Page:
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Communities across the UK are being urged by charities to recognise and value the needs of unpaid carers across the UK.
The appeal comes after an online YouGov poll, published for the start of Carers Week (12 – 18 June), revealed that seven in ten people feel carers are not ‘sufficiently valued’ by society for the support they provide to others.
Carers Week is an annual campaign and is focusing on ‘Building Carer Friendly Communities’ this year to support individuals who look after their loved ones, while recognising that they are individuals with needs of their own.
Heléna Herklots, chief executive of Carers UK, said: "It is deeply concerning that three-quarters of respondents feel carers are undervalued by society for their contribution and this figure rises further for those who have caring experience themselves.
"We're calling on the public, Government and all parts of society to play their part in supporting the UK's 6.5 million carers by helping to build communities that recognise and understand the value and needs of carers.
"From hospitals that provide discounts for carers in their cafés, or workplaces that give employees paid leave for caring; to offering to shop for a friend who struggles to get out of the house, there are hundreds of small changes we can make to ensure our communities become more carer friendly.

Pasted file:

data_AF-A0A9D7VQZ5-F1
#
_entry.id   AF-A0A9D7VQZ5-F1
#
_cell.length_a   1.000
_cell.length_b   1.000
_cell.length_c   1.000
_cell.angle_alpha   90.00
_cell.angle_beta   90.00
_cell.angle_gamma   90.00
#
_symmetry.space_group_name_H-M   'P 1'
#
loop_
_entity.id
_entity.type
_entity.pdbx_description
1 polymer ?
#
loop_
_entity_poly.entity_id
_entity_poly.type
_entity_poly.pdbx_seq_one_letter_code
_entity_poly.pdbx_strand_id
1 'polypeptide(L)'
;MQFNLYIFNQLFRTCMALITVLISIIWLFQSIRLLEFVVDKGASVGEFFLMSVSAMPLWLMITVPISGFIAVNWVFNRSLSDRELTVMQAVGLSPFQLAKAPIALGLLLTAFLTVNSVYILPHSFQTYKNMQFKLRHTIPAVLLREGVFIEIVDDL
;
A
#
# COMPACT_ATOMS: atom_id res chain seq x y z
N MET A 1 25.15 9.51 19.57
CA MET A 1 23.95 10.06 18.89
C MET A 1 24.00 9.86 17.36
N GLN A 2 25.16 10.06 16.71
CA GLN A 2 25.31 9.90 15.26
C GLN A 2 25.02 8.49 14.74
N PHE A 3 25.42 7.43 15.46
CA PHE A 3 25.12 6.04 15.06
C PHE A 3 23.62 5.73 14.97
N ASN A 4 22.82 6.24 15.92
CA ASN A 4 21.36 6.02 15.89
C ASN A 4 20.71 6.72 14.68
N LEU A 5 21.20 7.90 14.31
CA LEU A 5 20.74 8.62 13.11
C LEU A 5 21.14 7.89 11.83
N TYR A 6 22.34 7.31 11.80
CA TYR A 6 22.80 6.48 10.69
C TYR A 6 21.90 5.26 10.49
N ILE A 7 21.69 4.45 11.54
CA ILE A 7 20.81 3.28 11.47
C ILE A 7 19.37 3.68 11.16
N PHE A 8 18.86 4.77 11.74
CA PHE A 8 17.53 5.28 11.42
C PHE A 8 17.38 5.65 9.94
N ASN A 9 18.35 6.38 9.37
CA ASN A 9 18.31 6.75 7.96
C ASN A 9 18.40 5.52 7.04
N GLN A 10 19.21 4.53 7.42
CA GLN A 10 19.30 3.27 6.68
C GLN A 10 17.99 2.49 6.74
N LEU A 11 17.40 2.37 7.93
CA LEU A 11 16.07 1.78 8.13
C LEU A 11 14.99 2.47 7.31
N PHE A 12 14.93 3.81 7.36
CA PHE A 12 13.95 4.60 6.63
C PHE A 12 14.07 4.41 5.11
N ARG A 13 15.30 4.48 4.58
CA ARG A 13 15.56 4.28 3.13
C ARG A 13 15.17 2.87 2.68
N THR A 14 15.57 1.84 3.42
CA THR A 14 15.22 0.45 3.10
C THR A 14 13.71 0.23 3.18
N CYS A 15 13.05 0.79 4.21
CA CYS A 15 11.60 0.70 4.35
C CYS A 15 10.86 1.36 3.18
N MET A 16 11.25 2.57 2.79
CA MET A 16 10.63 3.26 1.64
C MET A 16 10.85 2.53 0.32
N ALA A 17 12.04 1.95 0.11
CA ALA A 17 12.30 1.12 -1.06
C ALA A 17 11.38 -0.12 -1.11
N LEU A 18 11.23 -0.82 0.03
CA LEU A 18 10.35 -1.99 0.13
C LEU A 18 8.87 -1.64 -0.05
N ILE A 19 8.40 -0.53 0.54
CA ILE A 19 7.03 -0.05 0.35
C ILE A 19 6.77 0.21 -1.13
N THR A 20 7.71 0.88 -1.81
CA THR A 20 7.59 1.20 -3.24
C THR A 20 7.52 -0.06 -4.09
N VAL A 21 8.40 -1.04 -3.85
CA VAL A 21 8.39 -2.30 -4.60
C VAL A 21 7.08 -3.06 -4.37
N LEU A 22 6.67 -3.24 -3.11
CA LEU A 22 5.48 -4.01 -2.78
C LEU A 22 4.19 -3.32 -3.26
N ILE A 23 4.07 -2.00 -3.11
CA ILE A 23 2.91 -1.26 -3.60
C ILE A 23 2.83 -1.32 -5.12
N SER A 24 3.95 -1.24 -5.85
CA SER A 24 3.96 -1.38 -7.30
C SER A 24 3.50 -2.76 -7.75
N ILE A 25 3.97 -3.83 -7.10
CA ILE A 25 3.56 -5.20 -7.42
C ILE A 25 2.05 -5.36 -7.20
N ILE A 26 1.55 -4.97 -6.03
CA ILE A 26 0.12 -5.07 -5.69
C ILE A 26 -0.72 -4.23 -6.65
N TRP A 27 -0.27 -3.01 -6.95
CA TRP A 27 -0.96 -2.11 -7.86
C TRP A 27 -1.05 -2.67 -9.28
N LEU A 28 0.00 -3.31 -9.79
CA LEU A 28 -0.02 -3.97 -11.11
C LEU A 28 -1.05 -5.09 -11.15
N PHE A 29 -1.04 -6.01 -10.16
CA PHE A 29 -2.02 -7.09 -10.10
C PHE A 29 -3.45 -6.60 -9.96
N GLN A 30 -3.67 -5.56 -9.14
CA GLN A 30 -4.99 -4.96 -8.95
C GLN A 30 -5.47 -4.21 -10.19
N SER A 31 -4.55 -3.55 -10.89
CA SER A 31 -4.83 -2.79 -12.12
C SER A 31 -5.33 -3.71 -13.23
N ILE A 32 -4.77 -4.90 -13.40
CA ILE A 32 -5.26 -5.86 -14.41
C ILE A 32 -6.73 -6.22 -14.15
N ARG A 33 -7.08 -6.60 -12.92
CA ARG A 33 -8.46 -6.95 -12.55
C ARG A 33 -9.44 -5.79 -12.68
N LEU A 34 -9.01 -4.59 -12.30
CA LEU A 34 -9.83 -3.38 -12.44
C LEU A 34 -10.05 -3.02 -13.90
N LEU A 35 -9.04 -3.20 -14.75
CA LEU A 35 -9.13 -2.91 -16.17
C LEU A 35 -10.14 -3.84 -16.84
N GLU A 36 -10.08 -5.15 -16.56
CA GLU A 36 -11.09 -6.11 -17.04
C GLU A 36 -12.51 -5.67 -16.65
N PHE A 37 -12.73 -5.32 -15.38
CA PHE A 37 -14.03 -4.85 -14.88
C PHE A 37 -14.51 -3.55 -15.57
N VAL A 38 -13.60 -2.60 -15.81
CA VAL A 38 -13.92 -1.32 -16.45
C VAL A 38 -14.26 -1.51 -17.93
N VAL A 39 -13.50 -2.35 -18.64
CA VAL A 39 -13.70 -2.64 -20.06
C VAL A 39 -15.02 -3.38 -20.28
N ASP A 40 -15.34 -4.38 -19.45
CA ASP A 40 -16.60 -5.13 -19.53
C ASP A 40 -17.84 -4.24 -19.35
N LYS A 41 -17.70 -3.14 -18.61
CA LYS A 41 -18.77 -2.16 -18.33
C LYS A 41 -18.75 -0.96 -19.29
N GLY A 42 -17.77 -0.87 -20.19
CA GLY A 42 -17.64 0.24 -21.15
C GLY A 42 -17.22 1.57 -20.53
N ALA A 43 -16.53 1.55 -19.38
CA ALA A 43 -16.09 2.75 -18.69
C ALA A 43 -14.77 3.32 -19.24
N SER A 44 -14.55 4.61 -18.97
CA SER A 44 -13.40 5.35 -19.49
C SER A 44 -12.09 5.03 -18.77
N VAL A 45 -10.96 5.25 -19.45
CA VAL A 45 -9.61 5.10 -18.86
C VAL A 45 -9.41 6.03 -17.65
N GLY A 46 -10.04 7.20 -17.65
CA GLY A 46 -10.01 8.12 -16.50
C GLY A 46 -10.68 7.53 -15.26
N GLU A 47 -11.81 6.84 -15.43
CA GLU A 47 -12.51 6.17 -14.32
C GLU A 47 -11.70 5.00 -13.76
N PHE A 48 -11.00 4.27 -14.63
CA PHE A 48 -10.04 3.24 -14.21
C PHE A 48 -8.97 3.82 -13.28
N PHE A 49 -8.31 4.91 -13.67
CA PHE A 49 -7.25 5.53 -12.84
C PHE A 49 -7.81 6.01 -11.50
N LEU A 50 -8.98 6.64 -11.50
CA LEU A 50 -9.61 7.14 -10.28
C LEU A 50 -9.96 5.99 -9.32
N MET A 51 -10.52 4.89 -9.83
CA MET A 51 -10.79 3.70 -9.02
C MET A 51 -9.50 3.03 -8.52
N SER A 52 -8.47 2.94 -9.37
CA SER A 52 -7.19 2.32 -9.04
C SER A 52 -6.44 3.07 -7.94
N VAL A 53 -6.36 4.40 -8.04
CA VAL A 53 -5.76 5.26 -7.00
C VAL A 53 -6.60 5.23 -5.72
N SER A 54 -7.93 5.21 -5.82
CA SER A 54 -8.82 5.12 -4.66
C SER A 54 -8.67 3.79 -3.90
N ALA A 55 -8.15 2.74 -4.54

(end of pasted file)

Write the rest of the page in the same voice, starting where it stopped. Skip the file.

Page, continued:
"As a society, we depend on unpaid carers – it's time we had a plan for how to better recognise and support them."
According to the poll, more than six million people in the UK are currently providing unpaid care for an older, disabled or seriously ill loved one, at an estimated cost of around £132bn a year.
By 2037, it is estimated that the number of carers in the UK will rise to nine million.
When asked about their top three concerns, affordability of care and the impact on their finances, coping with the stress, and worrying over the necessary skills and experience to become a carer were found to be the biggest issues.
More than a quarter of the 2184 respondents also said they worry about the impact of caring on their physical health.
The poll was conducted on behalf of eight major charities who are calling on the Government and society to do more to recognise the important contribution that unpaid carers make.
With over 146,000 carers in Essex, the county council has started an online campaign highlighting how GP practices can help carers in their practice.
"Simple things such as flagging they are a carer on their patient record, having a different GP to the person they care for and being flexible on appointments have been shown to make a huge difference,” said counsellor John Spence, Essex County Council’s cabinet member for health and adult social care.
"Surely it is incumbent on all of us to support them as they look after their loved ones. We can all play our part in helping to identify carers, recognise they may be struggling and making small adjustments to improve their lives."
Carers UK is supported by Age UK, Carers Trust, Independent Age, Macmillan Cancer Support, Motor Neurone Disease Association, the MS Society and Which? Elderly Care.